Romans 15:1

“We then that are strong ought to bear the infirmities of the weak, and not to please ourselves.”

King James Version (KJV)

Other Translations

Wee then that are strong, ought to beare the infirmities of the weake, and not to please our selues.
- King James Version (1611) - View 1611 Bible Scan

Now we who are strong ought to bear the weaknesses of those without strength and not {just} please ourselves.
- New American Standard Version (1995)

Now we that are strong ought to bear the infirmities of the weak, and not to please ourselves.
- American Standard Version (1901)

We who are strong have to be a support to the feeble, and not give pleasure to ourselves.
- Basic English Bible

But *we* ought, we that are strong, to bear the infirmities of the weak, and not to please ourselves.
- Darby Bible

We then that are strong ought to bear the infirmities of the weak, and not to please ourselves.
- Webster's Bible

As for us who are strong, our duty is to bear with the weaknesses of those who are not strong, and not seek our own pleasure.
- Weymouth Bible

Now we who are strong ought to bear the weaknesses of the weak, and not to please ourselves.
- World English Bible

But we saddere men owen to susteyne the feblenesses of sijke men, and not plese to vs silf.
- Wycliffe Bible

And we ought -- we who are strong -- to bear the infirmities of the weak, and not to please ourselves;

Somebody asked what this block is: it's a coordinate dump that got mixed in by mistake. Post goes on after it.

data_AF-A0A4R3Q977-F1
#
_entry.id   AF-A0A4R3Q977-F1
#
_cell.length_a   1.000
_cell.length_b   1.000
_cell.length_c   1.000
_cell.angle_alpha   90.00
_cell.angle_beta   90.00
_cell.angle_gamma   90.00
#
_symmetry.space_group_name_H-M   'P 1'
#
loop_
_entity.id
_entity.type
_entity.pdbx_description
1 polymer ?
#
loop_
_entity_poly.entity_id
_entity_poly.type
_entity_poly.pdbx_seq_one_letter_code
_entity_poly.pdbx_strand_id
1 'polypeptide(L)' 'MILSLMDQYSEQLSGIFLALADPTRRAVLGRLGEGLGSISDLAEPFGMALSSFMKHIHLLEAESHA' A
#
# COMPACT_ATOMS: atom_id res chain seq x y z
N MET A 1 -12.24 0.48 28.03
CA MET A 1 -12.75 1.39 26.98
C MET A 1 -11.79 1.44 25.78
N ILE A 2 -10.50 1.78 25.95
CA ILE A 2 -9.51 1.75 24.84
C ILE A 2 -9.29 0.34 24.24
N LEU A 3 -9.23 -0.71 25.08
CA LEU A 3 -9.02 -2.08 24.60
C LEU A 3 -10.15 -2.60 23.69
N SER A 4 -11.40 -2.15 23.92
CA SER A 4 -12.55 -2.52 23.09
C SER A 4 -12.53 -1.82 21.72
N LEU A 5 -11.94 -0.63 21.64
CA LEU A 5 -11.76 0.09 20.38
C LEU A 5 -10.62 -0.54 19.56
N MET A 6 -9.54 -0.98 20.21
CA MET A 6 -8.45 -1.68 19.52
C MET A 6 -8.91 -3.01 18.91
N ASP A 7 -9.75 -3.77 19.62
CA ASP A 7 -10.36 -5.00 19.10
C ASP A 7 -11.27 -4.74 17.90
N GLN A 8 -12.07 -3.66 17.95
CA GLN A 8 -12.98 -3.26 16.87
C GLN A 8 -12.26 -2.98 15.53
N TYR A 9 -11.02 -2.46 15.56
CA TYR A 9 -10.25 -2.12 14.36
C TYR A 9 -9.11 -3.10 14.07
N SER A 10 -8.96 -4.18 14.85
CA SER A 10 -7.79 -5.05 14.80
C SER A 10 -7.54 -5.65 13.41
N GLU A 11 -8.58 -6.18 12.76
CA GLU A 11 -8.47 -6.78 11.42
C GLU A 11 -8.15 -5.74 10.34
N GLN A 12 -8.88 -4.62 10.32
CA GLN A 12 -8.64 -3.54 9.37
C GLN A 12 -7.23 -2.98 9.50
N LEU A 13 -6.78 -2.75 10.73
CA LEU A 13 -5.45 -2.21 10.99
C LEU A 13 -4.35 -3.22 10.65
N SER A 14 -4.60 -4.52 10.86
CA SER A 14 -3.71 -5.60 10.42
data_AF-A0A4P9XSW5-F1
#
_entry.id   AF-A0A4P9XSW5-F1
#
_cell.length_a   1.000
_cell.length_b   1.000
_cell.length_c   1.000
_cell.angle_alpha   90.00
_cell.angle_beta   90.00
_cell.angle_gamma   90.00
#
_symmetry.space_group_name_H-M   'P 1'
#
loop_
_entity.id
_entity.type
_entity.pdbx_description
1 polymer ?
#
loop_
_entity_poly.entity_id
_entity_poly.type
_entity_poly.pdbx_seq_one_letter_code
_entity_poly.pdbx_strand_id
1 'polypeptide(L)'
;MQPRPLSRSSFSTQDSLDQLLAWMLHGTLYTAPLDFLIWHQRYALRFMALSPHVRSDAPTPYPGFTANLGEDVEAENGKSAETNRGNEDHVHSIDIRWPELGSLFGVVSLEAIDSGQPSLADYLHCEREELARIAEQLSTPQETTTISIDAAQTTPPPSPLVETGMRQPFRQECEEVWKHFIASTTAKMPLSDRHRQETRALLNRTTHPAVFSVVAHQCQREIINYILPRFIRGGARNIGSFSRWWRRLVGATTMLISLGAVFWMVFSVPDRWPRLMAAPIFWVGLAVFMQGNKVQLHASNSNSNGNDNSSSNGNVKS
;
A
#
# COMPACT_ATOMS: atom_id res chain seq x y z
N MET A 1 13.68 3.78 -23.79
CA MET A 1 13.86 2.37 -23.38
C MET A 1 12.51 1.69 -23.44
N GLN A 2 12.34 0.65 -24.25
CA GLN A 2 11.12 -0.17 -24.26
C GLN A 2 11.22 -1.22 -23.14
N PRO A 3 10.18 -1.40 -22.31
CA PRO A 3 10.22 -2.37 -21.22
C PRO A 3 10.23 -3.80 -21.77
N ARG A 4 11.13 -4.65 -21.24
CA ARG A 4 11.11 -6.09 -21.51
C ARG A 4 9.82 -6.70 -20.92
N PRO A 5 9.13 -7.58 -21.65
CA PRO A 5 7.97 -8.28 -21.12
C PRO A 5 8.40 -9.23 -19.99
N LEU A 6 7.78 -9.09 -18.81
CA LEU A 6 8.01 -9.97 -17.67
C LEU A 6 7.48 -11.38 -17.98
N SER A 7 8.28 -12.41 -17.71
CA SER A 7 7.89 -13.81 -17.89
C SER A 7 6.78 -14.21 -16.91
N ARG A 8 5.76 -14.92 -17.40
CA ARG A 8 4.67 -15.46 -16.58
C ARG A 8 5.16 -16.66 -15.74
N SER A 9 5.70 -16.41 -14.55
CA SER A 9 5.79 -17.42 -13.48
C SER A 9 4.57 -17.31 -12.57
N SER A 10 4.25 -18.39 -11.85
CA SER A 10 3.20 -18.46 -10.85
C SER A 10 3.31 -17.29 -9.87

- Youngs Literal Bible

Bible commentary

Wesley's Notes for Romans 15:1


15:1 We who are strong - Of a clearer judgment, and free from these scruples. And not to please ourselves - Without any regard to others.


People's Bible Notes for Romans 15:1


Ro 15:1 Mutual Love and Forbearance Enjoined SUMMARY OF ROMANS 15: The Strong Must Bear with the Weak. Not to Seek to Please Ourselves. Christ Did Not. As Christ Received Us, So We Should Receive Each Other. Christ the Savior of Both Jews and Gentiles. Paul's Apostleship. His Work Among the Gentiles. His Purpose to Visit Rome. We then that are strong. In the last chapter Paul contrasts the strong and the weak. The first are those, like himself, who know that no kind of food "is unclean of itself", and are emancipated from Jewish prejudices. These strong ones are to bear with the "infirmities of the weak", as has been enjoined in the preceding chapter. The lesson is a practical one of all ages.

Discussion for Romans 15:1

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